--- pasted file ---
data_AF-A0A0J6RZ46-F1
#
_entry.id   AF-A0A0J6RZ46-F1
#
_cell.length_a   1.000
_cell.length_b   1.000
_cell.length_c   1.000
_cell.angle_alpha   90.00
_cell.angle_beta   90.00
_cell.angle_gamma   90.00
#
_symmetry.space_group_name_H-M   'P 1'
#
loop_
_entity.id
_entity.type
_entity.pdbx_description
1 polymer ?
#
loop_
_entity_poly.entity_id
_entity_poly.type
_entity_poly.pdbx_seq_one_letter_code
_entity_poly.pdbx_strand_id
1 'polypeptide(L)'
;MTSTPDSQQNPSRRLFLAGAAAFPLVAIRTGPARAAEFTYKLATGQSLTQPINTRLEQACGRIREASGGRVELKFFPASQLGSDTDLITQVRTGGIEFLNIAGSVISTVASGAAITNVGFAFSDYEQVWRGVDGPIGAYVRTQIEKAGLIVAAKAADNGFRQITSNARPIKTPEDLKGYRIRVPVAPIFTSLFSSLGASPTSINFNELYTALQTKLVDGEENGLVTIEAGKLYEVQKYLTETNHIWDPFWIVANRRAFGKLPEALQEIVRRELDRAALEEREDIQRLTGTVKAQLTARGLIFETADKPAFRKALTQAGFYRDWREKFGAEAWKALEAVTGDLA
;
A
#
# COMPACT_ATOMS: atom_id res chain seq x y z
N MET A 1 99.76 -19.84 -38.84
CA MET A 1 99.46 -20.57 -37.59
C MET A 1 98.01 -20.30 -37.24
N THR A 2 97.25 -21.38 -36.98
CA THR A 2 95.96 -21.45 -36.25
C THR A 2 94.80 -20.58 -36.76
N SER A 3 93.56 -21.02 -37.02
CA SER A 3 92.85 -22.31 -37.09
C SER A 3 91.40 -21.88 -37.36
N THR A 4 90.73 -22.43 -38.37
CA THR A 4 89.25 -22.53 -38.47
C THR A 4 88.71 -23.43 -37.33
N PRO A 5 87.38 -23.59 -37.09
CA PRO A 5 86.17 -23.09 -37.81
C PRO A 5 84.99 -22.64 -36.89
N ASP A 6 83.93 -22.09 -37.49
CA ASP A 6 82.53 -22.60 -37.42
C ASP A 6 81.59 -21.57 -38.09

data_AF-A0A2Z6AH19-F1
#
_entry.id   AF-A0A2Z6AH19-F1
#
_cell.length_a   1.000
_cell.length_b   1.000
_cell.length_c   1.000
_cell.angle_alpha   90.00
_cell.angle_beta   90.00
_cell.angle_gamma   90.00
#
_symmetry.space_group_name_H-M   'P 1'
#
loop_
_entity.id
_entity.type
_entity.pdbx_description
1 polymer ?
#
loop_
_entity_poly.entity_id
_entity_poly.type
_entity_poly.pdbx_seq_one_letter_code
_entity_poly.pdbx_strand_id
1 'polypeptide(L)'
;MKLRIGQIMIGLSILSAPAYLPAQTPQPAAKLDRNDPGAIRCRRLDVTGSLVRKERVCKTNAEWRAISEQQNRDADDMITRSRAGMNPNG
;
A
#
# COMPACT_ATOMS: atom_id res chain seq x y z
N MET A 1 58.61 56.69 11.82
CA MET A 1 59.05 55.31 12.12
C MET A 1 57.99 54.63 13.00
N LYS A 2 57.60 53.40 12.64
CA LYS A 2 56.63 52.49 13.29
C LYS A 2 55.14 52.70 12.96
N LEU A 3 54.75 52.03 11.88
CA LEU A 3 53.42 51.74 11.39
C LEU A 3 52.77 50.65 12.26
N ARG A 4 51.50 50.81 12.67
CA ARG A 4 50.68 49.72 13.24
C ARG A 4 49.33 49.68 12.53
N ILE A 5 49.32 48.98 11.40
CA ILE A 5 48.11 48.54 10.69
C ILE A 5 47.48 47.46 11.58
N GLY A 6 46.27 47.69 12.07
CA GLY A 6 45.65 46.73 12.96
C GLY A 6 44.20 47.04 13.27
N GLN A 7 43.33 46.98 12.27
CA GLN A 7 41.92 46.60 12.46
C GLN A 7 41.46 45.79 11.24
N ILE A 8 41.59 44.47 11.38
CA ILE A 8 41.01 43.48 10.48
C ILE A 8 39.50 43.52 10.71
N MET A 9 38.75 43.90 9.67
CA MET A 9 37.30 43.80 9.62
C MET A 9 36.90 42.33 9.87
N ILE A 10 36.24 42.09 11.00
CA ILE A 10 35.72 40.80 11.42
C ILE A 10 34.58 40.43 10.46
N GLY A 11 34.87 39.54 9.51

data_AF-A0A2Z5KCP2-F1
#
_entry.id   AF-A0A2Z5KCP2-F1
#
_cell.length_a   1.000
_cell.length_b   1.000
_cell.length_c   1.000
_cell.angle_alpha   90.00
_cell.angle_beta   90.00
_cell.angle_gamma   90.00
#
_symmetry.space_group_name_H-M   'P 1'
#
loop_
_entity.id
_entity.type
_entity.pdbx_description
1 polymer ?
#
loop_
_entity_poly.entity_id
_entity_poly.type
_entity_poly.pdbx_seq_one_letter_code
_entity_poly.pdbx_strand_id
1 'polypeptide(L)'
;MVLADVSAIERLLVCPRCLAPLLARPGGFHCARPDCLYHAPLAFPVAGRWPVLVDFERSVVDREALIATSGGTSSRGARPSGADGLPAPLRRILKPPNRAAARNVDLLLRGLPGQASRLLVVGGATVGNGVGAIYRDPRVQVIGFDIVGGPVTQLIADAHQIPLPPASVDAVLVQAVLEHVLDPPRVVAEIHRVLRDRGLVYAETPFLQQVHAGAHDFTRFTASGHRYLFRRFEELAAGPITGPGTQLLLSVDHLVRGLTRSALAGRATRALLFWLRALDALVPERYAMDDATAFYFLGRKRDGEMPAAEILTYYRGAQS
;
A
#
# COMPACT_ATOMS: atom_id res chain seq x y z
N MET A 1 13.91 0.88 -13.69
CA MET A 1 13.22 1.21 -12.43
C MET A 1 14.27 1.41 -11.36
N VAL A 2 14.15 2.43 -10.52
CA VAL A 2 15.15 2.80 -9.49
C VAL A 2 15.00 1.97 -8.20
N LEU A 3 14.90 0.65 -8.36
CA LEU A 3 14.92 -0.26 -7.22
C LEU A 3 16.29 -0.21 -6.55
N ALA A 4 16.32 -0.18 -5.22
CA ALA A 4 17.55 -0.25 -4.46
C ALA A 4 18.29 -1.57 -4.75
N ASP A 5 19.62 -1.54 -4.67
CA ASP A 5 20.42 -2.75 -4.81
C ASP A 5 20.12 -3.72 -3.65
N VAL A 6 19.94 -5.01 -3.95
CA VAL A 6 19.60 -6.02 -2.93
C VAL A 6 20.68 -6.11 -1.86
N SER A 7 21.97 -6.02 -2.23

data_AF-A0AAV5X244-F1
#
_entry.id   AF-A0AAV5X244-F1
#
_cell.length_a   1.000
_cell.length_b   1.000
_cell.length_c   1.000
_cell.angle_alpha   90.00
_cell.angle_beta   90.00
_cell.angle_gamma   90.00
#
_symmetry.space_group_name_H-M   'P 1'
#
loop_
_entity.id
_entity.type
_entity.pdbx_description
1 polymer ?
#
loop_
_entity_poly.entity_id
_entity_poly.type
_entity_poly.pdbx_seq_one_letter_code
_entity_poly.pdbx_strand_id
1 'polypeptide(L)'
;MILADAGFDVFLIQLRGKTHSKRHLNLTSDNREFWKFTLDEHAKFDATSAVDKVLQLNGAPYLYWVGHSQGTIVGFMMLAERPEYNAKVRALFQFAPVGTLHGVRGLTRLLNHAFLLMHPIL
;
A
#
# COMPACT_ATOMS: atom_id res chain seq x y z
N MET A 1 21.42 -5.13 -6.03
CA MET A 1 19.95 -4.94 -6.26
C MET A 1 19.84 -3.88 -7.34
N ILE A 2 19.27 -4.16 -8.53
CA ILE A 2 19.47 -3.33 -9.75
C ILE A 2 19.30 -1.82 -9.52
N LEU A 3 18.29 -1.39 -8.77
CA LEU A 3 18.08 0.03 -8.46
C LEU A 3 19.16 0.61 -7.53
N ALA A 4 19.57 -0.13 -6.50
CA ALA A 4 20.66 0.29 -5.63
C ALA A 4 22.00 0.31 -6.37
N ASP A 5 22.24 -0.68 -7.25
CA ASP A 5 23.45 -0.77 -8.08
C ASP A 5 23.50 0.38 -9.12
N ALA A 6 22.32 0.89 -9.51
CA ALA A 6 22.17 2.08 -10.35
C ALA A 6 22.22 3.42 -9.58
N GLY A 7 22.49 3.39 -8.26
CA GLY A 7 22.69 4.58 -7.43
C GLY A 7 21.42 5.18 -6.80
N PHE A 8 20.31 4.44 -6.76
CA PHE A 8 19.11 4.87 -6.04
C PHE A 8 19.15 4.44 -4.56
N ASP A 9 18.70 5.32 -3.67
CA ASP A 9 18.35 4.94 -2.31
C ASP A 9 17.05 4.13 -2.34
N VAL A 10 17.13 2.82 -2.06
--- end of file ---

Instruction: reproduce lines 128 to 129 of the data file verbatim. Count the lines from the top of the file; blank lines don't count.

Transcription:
#
loop_